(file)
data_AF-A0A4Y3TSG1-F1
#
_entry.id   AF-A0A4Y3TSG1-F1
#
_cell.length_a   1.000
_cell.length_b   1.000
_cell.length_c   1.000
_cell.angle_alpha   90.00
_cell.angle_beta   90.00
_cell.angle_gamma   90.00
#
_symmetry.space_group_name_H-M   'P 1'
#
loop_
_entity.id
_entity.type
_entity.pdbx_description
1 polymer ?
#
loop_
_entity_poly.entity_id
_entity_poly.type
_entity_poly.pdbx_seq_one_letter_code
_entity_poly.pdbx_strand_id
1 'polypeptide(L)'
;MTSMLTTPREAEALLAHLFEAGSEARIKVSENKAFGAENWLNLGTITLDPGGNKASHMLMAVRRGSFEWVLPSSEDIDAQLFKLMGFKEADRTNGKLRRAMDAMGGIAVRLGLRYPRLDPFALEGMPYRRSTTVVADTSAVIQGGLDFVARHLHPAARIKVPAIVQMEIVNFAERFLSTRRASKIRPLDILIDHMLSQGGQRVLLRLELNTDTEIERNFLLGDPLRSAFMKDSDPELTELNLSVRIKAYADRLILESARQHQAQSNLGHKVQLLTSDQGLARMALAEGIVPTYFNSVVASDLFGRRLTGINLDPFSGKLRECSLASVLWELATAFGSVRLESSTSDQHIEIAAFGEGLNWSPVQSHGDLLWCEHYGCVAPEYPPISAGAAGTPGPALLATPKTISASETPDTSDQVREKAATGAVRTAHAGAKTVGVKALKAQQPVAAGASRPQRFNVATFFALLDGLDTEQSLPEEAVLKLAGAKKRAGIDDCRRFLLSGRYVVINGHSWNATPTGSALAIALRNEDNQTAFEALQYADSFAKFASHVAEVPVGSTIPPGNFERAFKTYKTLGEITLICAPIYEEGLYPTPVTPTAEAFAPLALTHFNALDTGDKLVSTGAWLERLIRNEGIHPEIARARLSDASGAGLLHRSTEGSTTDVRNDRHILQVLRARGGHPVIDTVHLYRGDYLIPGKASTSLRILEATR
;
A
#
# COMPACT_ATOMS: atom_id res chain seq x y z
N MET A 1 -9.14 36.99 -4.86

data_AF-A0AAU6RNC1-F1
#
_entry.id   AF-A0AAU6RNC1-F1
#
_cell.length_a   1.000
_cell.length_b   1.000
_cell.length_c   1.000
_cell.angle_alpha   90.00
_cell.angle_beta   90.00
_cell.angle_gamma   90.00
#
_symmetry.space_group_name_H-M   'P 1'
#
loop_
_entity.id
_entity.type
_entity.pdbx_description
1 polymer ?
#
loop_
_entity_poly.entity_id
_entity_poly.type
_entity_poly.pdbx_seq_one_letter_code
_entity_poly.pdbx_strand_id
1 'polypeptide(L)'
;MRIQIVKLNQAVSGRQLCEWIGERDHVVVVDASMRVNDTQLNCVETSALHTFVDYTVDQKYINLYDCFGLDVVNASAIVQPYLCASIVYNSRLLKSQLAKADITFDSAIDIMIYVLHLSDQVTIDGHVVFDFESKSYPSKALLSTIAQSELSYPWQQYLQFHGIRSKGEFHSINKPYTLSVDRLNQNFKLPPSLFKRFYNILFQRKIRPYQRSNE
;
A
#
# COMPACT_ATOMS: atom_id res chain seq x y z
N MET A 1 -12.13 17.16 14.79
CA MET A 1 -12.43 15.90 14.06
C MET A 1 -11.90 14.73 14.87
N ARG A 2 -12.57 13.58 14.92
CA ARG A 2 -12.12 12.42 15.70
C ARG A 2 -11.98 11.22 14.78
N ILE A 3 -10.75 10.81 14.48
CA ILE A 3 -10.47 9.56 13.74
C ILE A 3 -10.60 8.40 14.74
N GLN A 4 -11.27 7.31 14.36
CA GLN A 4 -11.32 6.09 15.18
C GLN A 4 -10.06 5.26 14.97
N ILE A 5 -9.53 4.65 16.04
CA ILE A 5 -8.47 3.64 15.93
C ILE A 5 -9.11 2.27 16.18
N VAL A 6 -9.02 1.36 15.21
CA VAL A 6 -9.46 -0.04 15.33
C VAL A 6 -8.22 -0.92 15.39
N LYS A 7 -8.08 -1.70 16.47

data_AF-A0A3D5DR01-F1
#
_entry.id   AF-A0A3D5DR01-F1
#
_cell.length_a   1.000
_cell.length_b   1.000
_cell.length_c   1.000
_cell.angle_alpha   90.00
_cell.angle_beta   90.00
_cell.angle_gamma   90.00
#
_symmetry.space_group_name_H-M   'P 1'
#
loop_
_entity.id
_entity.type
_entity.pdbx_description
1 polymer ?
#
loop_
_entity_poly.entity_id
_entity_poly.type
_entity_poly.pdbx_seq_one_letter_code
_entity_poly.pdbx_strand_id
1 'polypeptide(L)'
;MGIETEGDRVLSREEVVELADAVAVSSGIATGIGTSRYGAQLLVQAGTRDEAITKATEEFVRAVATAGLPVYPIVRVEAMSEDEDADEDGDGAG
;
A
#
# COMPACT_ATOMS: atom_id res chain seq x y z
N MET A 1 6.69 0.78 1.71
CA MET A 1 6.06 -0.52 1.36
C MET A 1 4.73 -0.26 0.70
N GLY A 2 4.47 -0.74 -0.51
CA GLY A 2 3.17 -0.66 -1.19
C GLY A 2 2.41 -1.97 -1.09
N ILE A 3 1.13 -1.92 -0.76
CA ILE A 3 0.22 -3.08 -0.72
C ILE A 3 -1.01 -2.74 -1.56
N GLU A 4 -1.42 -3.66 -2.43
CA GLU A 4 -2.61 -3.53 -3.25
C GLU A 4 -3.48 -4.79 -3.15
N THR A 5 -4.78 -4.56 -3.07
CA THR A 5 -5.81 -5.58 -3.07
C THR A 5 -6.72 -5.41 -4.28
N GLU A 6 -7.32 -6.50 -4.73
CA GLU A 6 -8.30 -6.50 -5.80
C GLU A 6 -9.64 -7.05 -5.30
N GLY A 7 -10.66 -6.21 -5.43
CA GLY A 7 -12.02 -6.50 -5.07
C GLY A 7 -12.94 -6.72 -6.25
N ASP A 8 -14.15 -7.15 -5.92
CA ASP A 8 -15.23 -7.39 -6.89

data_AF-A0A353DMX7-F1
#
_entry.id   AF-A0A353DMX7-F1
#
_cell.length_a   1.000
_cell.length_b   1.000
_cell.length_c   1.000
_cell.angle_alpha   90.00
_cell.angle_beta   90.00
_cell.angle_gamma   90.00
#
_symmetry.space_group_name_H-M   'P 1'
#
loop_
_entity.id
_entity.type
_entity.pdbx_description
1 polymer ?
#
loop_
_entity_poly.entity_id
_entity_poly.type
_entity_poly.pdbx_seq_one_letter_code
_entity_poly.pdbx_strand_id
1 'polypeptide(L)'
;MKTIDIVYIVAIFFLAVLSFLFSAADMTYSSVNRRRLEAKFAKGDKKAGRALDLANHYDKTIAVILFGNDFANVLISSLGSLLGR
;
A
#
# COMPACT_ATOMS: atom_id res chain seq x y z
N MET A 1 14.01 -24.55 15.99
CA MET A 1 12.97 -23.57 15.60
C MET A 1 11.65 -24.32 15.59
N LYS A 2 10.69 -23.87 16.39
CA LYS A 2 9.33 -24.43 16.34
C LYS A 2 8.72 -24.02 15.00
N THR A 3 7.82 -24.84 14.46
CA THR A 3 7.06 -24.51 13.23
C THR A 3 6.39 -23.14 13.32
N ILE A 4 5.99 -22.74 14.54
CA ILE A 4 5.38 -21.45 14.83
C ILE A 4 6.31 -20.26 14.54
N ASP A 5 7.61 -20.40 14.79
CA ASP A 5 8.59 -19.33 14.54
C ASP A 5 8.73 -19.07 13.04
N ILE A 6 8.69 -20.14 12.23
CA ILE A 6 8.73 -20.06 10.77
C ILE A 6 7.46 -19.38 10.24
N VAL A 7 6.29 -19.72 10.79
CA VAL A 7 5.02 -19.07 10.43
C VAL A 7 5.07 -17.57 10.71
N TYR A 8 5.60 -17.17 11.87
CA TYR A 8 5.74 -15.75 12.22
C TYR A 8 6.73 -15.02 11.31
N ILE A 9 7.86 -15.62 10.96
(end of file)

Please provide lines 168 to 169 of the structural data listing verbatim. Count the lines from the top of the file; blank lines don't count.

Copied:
CA LYS A 2 9.33 -24.43 16.34
C LYS A 2 8.72 -24.02 15.00